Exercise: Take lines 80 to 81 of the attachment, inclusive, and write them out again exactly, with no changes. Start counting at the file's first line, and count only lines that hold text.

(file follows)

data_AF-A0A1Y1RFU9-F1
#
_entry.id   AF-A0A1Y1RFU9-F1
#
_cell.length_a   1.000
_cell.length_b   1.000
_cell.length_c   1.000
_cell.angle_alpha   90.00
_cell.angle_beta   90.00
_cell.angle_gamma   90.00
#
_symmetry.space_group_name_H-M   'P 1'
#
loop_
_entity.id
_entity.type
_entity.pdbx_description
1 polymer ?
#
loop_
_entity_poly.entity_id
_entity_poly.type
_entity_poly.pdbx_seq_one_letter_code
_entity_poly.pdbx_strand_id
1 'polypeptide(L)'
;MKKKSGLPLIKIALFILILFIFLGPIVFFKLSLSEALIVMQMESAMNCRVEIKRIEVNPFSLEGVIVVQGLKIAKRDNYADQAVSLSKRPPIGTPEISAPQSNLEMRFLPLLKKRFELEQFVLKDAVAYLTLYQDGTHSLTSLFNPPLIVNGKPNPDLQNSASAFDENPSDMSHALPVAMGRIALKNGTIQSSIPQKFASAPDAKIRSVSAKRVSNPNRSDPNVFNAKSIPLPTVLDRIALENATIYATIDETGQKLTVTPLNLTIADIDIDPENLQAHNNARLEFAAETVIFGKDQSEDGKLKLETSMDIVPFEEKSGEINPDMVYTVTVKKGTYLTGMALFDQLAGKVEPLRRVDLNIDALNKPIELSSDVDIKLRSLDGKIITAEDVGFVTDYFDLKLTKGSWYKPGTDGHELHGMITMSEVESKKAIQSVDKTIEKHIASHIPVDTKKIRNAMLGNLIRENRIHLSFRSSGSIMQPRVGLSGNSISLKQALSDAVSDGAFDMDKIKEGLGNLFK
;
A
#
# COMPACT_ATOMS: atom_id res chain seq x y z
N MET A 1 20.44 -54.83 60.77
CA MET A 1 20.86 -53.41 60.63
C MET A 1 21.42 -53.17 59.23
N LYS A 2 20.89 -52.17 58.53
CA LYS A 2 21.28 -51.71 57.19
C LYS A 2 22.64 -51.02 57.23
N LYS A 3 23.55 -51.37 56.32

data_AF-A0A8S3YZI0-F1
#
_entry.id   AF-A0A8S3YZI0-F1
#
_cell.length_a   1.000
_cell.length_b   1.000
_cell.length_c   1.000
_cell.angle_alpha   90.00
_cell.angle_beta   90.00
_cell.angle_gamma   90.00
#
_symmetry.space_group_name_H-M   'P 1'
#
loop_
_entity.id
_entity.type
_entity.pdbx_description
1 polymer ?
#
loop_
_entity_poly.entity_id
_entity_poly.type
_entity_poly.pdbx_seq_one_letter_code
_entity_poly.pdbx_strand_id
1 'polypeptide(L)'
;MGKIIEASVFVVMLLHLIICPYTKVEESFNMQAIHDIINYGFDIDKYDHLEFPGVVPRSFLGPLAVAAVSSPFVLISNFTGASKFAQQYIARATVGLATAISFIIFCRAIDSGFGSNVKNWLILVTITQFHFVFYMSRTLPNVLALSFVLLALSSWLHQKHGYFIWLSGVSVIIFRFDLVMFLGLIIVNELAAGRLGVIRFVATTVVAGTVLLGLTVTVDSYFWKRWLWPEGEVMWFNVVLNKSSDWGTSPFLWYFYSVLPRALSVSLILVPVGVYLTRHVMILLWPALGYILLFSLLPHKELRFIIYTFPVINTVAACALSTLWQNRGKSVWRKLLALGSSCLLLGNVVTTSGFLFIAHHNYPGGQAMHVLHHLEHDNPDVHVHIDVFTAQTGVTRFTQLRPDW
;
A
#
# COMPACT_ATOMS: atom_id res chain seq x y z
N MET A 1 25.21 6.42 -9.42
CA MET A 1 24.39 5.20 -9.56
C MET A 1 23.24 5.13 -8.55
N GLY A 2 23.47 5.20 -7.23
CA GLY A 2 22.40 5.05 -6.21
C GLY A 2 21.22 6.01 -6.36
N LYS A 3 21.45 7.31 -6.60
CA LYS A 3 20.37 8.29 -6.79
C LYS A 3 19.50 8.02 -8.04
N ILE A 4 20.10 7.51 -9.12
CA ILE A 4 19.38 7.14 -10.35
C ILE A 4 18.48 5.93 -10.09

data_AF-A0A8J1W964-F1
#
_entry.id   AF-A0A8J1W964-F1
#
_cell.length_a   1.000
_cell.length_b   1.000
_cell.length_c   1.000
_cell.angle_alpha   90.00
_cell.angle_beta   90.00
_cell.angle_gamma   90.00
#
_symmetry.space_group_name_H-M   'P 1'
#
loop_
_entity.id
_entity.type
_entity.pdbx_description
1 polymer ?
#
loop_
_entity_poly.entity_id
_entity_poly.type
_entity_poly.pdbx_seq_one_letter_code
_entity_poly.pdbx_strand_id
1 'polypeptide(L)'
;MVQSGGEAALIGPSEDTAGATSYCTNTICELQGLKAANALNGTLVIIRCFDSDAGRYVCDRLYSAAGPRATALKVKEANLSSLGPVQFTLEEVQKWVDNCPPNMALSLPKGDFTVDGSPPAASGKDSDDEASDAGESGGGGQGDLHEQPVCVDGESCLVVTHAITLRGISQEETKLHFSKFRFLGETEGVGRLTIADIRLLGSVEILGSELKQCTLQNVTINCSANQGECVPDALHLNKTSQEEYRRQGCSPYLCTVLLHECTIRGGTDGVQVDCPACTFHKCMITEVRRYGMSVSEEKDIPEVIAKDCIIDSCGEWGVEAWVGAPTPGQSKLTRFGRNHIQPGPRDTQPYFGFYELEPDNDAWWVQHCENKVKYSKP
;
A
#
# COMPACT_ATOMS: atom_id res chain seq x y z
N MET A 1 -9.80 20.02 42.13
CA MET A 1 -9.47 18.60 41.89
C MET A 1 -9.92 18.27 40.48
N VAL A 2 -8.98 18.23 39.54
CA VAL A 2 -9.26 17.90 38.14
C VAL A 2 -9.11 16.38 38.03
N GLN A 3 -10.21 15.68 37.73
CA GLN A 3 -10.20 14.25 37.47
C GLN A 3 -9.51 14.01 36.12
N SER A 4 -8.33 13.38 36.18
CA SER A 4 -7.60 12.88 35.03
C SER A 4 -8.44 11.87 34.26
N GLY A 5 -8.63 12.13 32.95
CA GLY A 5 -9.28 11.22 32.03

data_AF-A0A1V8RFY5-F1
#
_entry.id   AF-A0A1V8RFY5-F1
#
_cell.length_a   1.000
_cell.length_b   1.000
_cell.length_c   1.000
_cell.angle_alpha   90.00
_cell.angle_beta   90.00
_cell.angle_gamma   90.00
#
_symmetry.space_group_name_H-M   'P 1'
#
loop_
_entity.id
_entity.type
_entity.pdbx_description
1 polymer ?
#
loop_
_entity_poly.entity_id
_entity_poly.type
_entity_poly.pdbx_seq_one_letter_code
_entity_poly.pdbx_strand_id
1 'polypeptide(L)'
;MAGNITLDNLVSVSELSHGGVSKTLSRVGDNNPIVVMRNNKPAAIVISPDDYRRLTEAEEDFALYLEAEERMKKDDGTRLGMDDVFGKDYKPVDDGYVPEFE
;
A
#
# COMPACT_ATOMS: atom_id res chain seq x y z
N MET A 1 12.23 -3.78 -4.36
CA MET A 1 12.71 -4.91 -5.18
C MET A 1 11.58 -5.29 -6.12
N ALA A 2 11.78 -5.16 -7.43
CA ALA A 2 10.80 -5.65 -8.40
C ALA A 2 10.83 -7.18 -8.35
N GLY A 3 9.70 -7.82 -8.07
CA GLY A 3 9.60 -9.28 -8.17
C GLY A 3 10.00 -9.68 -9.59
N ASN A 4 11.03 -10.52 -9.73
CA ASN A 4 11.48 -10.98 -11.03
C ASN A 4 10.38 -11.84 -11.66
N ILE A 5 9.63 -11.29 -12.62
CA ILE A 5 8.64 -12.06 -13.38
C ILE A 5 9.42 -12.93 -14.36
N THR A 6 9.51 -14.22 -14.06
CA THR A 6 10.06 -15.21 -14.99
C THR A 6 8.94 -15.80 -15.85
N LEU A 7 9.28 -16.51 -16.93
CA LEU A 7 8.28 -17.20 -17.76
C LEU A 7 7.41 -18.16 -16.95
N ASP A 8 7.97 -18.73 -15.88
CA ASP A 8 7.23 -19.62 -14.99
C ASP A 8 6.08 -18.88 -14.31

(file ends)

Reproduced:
data_AF-A0A8J1W964-F1
#